Book brings a sack of trouble

If you're like me, and you know you want to be, you're probably getting sick of seeing the word "scrotum" everywhere these days.
But I just couldn't let this Toronto Star article go unoticed. Linwood Barclay deserves a major award for what is by far the funniest title I've seen in a loooong time, and I read hundreds of titles a day.
I know humor is subjective, but this one really made me laugh: Book brings a sack of trouble .

"We knew we had all sorts of things down there, but fortunately there weren't writers like Susan Patron around then or we'd have been scandalizing our parents by calling all our bits by their proper names, instead of using crude, juvenile substitutes."

And in case you were wondering, yes, controversy sells. Criticism of an award-winning children's book over the word "scrotum" has brought Susan Patron's "The Higher Power of Lucky" into the top 40 on Amazon.com.

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scandalizing

"we'd have been scandalizing our parents by calling all our bits by their proper names, instead of using crude, juvenile substitutes"

Because you know parents love it when their grade school kids walk around talking about their 'bits'.

Re:scandalizing

I know, I know, it's all fun and games for us, Helen. But it's the children, who no one thinks of, who suffer.
     

'fun and games for us' Re:scandalizing

Next time your at work or eating in a restaurant make sure you let everyone know if your scrotum happens to itch. It is after all the scientifically correct term.

an avocation

If you ever get canned from your library you could make a killing, due to your expertise with men made out of straw, in the scarecrow industry.A) No one said it was totally awesome if children screamed words for genitals all the time, or that it should be taught or encouraged.B) What everyone is saying is that no one who objects to the book or the word appearing in it can point to anything bad it does other than it makes them (the offended) feel oog-y.The most ironic thing is that when my scrotum itches I actually scream out "GREG MCCLAY'S SCROTUM ITCHES!" I have for years. It's weird.

Re:an avocation

Speaking of strawmen, no one is talking about about screaming anything. But yes when you have a book for kids that involves conversations from AA members talking about being drunk and seeing snake-bitten dog scrotums that is exactly the type of conversation you are teaching and encouraging children to have.

interesting

I'm not unsympathetic to that. There are things that are too heavy for kids of a certain age to handle.At the same time the progression from today's child to tomorrow's adult is gradual like calculus not sudden like arithmetic.Maybe books that talk about sexual issues or booze, drugs, violence, etc. aren't appropriate for kids of a certain age. But sooner or later the big ugly world will find them. I can't help but think that it will be eaiser for a kid to handle drinking, drugs, sex, conversations about same, etc. if they are prepared a bit for it beforehand.The view that you can "protect" kids from certain things supposes that they haven't already been exposed. I think your view of children is idealized and unrealistic. 13 is the 20, dude.Your view seems to be that these conversations and thoughts need to be stopped. Most of what I've heard from parents and teachers indicates that these conversation are already happening.There will be kids reading that book who might have had sex already. You can argue about a permissive society and media and what its done all you want. But you can't get shit back in the donkey, as the man says.Did you really not know about genitals and proper or / and slang terms for them until middle school? Really?And if they already know, what's the problem?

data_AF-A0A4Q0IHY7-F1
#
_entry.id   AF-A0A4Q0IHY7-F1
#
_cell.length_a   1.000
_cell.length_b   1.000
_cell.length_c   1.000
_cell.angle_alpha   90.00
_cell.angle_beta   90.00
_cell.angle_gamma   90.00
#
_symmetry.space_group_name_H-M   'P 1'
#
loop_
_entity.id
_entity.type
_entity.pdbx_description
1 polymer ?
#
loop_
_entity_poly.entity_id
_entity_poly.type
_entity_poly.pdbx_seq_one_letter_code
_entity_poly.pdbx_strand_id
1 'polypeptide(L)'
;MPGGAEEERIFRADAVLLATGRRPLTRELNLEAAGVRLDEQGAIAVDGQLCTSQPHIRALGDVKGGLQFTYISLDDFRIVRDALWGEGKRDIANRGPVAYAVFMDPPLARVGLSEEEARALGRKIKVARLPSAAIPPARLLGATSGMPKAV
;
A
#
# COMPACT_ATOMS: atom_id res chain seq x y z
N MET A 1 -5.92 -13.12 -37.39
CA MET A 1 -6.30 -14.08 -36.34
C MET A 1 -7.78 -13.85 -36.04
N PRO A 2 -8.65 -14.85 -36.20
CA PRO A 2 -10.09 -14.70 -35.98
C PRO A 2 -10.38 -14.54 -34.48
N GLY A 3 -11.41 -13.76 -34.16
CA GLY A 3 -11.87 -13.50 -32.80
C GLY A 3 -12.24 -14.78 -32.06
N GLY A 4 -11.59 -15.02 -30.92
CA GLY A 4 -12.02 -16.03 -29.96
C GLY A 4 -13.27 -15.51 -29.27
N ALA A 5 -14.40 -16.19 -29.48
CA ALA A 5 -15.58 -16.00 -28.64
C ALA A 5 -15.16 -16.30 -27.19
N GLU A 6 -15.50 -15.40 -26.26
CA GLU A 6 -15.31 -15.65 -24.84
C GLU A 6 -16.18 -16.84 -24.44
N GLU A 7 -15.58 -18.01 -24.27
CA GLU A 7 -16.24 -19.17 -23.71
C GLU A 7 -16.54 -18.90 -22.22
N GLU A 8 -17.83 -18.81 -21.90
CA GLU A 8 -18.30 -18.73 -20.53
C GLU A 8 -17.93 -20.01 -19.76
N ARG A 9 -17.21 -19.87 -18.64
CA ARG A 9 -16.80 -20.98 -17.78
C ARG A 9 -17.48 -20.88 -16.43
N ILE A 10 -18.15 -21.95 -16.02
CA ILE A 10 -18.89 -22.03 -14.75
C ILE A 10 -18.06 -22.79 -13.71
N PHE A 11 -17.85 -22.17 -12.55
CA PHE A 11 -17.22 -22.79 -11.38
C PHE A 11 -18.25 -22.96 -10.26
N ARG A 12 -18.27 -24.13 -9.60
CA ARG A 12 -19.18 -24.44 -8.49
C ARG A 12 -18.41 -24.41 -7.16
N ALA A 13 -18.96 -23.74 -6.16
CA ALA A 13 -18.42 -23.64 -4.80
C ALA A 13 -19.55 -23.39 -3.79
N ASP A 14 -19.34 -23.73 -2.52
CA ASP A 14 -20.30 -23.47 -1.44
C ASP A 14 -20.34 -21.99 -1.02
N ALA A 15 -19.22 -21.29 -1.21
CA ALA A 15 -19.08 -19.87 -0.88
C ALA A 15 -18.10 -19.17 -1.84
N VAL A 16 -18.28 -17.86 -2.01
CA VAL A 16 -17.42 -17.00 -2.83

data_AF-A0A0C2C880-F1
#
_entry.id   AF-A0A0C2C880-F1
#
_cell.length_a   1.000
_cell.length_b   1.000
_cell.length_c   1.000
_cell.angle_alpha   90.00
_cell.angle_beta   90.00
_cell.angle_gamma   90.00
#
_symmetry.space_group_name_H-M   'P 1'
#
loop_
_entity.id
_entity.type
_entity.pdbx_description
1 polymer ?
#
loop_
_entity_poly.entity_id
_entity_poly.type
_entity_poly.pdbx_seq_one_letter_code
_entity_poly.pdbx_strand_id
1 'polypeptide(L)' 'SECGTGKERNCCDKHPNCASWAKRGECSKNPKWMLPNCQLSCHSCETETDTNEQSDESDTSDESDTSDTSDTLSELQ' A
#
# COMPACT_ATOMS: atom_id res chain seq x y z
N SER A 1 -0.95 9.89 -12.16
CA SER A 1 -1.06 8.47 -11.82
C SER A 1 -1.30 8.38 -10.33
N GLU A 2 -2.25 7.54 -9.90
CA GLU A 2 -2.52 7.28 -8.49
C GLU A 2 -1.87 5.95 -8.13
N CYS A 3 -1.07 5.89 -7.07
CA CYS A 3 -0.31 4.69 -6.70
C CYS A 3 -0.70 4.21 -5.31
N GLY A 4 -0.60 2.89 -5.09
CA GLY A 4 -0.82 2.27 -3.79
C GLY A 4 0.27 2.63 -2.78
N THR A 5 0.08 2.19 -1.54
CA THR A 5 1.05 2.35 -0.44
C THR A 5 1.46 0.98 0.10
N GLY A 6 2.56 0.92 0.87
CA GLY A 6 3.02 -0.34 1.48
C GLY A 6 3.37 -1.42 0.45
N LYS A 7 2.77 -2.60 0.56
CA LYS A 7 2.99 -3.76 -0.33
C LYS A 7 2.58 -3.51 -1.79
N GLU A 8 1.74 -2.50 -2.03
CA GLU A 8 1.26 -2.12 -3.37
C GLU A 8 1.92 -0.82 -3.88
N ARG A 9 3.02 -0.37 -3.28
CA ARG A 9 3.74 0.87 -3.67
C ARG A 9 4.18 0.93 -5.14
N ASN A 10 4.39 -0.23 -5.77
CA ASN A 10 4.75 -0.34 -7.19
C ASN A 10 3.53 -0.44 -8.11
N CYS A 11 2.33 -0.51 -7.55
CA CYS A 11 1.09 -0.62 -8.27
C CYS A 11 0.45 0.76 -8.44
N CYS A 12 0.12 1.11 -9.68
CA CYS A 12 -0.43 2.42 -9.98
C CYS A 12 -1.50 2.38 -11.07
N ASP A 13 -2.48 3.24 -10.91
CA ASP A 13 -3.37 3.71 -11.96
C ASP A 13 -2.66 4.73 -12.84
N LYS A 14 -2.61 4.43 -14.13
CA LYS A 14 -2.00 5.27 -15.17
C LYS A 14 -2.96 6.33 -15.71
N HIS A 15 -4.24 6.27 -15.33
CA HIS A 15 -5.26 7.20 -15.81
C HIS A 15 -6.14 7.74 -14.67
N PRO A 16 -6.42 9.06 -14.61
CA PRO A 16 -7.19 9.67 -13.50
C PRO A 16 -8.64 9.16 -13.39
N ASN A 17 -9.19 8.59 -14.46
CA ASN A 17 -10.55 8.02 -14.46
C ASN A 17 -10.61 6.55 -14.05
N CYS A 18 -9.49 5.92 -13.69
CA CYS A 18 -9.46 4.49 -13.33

Future ramifications

Do you think that when these young readers grow up they will have a keen appreciation of the works of Balzac?

13 is the new 6,

"13 is the 20"

Myth. Children of a hundred years ago became adults at a much younger age. More distractions doesn't make you more mature, if anything it makes you less. And I will argue about a more permissive society. Society changes and it can go one way as well as another.

Re:13 is the new 6,

I agree they're not mature. Having half of your family die of TB makes you mature fast.What it means is that kids today do things at 13 that people didn't used to do until their 20s.It not maturity. That's a mind set or a skill. It's action.

Re:Future ramifications

If joke writing were your vocatation you would be sacked for that. However I thought is was funny, I had a ball.

Re:interesting

Chuck's, argument is that children are going to be dipped in the mire and mauled by the wolves eventually, so why not now? And why not in the library? Isn't that what even stupid animals like rabbits do? Throw their young to the wolves, so they'll be prepared when...oh, um I guess they won't need to be prepared for anything, cuz they'll be dead!Here's a different analogy. The federal reserve doesn't train anti-counterfeit money inspectors by having them look at all sorts of counterfeit money. They have them learn about, handle, become familiar in every way with REAL money. Then (when they grow up - because 13 is never 20, except in the minds of pedophiles), when they know real money, they can always spot the fake stuff.This is what all decent adults once knew about children. You protect children so that you can nourish them with the good. Then they will be prepared with a solid world view that can recognize and say no to evil. This particular book is probably not at all evil, but the absolutist intellectual freedom principle (in defense of the book) being applied to children is indeed evil. The now-archaic term for what Chuck and apparently 99% of children's librarians are advocating for children...is debauchery, that is, seduction from virtue.

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